Former NBA great Yao Ming addresses Peng Shuai, Olympics


BEIJING (AP) — Former NBA great Yao Ming said Monday that he and others had a pleasant chat when they met last month with Chinese tennis player Peng Shuai, whose disappearance after he sexual assault charge against a former government official sparked international concern.

He also said it was unfortunate that Novak Djokovic is not playing at the Australian Open due to his COVID-19 vaccination status. But Yao added he was not qualified to judge Australia’s pandemic policies.

Yao, who played for the Houston Rockets from 2002 to 2011 and is now president of the Chinese Basketball Association, used stories and humor to deflect tough questions during a press conference to promote the Beijing Winter Olympics, which begin in 18 days.

Asked about China’s relationship with the United States, which has announced a diplomatic boycott of the Beijing Games, Yao compared the sporting and cultural events to the community temple gatherings he attended as a child in Shanghai.

“On this occasion, even with the neighbors I had argued with, I nodded (in greeting),” he said. “Then we continued with whatever we needed to do. I think we need more of that kind of temple gathering.

He also called the sport a bridge for communication, saying sometimes there are collisions on bridges, but “hopefully we can keep the bridge.”

Peng, who won the women’s doubles Grand Slam titles, denied making the assault allegation to a Singapore newspaper on the same day photos of her with Yao and two former Olympians were posted on social media social. The photos appeared to be part of a campaign to meet international demands that Peng be allowed to speak freely about his situation.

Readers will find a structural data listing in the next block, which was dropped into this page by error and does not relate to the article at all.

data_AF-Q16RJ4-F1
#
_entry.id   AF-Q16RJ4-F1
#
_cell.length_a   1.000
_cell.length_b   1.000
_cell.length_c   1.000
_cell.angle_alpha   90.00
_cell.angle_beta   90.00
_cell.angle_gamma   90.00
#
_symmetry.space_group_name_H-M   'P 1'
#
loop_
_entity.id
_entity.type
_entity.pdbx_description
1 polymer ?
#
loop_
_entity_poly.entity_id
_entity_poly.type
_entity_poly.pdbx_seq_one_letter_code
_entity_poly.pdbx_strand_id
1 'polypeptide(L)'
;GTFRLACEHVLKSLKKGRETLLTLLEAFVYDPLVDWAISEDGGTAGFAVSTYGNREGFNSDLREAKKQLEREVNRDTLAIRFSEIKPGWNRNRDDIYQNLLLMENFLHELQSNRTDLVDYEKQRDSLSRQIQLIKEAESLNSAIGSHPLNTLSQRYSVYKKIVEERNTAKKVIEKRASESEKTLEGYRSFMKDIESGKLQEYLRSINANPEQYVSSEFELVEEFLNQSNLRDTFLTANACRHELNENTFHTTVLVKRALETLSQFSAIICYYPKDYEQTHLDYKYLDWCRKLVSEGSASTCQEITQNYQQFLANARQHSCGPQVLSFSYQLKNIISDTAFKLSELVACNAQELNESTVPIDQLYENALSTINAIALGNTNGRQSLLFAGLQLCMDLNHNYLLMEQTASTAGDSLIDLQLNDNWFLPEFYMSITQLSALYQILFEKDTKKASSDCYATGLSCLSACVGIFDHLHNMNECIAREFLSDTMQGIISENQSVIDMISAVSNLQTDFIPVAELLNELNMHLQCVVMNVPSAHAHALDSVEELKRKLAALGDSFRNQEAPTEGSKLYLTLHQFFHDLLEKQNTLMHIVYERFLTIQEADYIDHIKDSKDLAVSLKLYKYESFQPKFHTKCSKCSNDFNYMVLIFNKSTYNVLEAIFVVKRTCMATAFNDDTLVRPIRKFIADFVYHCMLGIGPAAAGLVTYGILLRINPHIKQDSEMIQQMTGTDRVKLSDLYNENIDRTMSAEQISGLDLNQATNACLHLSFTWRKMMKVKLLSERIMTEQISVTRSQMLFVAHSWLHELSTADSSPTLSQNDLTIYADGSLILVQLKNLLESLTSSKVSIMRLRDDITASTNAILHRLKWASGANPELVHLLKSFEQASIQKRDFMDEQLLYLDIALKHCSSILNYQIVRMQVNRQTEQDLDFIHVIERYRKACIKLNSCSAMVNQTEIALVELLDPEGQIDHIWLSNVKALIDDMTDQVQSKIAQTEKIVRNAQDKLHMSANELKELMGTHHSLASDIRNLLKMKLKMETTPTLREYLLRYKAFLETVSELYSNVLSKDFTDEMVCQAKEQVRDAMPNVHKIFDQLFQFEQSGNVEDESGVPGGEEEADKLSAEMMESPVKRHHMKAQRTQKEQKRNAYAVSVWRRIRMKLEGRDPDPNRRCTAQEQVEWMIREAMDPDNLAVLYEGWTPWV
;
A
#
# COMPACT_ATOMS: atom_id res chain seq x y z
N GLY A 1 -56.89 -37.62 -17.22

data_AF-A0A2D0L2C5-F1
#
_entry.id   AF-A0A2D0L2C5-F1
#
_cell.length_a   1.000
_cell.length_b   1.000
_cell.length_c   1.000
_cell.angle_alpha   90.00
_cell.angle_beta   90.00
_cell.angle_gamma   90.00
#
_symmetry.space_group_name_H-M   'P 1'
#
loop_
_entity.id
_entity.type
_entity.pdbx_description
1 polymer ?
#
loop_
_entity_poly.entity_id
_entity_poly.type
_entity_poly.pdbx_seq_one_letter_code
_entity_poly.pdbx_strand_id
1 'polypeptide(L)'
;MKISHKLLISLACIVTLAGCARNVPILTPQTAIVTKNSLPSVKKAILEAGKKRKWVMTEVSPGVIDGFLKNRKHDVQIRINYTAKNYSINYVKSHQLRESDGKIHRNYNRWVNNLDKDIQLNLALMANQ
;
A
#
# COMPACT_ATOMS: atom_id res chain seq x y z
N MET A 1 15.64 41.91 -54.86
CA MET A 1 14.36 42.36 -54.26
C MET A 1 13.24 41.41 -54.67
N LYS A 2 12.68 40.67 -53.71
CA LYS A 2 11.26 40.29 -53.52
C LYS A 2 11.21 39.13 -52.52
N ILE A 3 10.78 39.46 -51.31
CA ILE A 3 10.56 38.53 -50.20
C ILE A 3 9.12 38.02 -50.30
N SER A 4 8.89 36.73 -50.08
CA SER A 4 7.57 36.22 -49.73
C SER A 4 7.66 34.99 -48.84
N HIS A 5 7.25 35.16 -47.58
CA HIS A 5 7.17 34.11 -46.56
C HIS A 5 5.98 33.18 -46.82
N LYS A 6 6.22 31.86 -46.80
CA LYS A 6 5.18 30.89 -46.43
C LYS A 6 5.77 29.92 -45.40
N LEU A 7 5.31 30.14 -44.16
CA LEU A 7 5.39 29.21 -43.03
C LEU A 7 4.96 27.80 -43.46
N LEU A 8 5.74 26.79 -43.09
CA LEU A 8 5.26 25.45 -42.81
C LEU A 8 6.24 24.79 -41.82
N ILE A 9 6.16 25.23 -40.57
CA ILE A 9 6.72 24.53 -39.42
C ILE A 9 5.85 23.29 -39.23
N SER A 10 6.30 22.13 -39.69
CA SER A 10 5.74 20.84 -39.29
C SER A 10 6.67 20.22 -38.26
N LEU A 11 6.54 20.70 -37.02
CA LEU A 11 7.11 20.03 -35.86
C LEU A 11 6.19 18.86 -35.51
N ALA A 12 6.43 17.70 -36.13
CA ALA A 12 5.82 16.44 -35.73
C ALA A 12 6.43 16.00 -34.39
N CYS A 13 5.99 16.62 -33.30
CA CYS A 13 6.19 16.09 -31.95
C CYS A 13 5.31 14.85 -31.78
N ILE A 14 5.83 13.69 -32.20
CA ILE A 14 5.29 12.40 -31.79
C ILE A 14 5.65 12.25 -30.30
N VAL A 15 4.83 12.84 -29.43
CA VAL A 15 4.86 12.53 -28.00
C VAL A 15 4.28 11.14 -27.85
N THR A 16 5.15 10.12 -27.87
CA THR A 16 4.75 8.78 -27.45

Yao said he had known Peng for about 20 years. The four Chinese sports personalities were photographed on an observation deck from where they watched a winter sports exhibition.

“We had a nice conversation,” he said. “We asked a lot of questions about the game because we weren’t familiar with snow sports.”

At one point, it was unclear if he said Peng was fine. Some, including the press conference translator, heard her say “she was fine that day,” but others thought Yao said “we were all fine that day.”

The International Olympic Committee, which came under pressure to move the Games from China due to human rights concerns, came under further criticism after IOC President Thomas Bach had a video call with Peng. A statement from the IOC said she had assured Bach and others that she was fine.

Regarding Djokovic, Yao said he was unfamiliar with Australia’s pandemic measures, “so I’m not in a position to comment on whether he’s done well or badly.”

But, he said, “speaking as a former athlete, I think it’s a shame that a player loses such an opportunity and the spectators lose an opportunity to enjoy watching the player’s skills.”

The former Rockets center also said he wanted to invite Boston Celtics center Enes Kanter Freedom, who has advocated for a boycott of the Beijing Olympics, to visit China to develop a better understanding of the country. He said he couldn’t comment on Freedom’s position, but “everyone gets information from different channels and that can lead to different points of view.”

Yao, who is 41, said society should embrace technology because it brings more convenience and promotes communication. But he started his response by saying: “If you let me choose, I’d rather go back to 10 years ago without this high tech so I could move around more freely.”


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